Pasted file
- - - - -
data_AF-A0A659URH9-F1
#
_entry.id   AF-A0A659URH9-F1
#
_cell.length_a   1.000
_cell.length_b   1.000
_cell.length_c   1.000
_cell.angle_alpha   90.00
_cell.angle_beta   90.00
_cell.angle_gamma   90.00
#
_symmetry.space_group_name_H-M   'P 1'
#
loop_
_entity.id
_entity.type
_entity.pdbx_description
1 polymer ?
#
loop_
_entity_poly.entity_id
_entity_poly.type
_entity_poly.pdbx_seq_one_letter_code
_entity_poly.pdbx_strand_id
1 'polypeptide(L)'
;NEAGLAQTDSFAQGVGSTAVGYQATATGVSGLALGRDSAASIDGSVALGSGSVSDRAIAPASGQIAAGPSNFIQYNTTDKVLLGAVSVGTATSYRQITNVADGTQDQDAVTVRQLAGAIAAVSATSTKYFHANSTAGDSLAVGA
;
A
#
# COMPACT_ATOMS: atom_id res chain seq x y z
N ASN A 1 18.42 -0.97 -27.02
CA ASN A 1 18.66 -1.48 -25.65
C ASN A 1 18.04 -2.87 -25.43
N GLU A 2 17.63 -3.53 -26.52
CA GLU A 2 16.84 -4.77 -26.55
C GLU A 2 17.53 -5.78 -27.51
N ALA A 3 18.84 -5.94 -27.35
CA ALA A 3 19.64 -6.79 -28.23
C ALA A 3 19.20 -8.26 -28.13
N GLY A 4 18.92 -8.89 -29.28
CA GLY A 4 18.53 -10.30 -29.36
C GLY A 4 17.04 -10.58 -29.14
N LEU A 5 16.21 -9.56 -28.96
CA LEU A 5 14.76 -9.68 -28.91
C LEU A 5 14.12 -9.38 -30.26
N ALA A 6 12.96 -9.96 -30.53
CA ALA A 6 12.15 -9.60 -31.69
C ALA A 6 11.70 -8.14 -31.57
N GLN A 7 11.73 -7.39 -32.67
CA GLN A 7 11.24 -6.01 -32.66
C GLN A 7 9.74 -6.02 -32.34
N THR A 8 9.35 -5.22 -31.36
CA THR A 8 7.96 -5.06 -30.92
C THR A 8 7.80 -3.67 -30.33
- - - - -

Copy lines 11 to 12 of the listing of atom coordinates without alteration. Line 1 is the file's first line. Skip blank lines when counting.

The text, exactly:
#
_symmetry.space_group_name_H-M   'P 1'